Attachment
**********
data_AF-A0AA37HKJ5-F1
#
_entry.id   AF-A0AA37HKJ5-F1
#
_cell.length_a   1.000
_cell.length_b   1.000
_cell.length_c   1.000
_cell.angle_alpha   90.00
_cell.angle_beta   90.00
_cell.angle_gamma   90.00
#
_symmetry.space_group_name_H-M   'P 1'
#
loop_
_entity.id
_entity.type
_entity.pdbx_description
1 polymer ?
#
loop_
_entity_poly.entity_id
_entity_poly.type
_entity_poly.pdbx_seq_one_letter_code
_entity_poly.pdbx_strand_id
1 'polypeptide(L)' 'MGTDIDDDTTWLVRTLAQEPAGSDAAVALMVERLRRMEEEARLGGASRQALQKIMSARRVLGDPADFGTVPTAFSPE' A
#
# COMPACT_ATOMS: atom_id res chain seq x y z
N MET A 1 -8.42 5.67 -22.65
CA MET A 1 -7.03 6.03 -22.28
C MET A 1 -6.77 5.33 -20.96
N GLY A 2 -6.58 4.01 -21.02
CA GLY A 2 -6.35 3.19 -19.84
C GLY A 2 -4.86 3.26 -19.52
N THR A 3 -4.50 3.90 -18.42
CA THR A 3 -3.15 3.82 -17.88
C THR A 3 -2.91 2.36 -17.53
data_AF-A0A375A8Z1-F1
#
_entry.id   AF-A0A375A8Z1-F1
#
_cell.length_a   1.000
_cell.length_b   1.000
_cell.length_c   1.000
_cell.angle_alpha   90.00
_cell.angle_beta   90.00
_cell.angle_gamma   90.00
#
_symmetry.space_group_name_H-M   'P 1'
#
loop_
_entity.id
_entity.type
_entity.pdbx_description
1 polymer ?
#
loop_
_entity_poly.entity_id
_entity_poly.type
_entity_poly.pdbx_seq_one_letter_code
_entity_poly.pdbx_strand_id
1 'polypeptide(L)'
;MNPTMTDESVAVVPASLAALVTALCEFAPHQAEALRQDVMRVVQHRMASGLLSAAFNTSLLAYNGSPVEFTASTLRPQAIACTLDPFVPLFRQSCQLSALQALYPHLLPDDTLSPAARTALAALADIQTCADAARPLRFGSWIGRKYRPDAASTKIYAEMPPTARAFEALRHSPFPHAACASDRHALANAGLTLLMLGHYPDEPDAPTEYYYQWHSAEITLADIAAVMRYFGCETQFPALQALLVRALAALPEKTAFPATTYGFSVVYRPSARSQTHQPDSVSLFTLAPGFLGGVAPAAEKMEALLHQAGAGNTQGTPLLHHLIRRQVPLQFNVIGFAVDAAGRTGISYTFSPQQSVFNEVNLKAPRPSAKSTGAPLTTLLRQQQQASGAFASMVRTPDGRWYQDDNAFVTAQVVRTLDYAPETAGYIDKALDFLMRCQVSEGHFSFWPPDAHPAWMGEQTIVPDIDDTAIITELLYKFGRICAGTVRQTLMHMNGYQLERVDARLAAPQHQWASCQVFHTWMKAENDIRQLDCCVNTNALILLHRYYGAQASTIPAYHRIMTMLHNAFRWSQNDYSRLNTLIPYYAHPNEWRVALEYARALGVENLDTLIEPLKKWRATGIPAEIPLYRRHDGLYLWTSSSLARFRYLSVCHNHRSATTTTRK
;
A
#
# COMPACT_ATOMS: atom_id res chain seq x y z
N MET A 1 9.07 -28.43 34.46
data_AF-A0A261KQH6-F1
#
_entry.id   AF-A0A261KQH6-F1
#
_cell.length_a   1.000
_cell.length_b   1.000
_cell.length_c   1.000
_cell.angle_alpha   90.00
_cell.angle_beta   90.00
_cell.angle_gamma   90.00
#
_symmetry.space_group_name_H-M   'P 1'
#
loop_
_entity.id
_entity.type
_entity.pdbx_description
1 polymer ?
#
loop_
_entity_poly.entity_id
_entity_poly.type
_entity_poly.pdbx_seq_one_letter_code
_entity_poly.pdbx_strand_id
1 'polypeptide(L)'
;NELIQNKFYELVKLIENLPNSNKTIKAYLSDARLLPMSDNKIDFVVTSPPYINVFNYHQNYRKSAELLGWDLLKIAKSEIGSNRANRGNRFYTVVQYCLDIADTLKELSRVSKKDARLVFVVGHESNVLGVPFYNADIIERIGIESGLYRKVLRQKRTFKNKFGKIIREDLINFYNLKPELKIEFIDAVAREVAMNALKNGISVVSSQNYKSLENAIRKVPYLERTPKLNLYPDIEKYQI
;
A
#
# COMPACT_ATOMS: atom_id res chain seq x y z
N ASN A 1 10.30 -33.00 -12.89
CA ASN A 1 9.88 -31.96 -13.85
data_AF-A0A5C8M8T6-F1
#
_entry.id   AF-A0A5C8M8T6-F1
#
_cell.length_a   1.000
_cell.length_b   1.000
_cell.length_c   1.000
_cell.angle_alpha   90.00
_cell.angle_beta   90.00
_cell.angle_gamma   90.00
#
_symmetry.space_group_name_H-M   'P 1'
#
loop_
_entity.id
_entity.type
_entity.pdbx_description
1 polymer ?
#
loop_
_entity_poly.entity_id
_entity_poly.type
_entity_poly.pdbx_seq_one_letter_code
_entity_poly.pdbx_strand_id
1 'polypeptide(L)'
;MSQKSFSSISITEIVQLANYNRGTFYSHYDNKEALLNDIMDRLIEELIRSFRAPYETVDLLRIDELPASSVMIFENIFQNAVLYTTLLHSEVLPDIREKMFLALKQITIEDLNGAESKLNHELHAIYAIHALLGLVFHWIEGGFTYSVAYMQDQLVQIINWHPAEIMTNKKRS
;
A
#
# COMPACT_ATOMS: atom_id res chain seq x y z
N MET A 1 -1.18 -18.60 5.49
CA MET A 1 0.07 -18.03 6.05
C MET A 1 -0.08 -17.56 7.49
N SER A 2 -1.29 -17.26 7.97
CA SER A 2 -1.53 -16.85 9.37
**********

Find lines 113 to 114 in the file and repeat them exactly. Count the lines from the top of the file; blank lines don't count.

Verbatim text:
loop_
_entity.id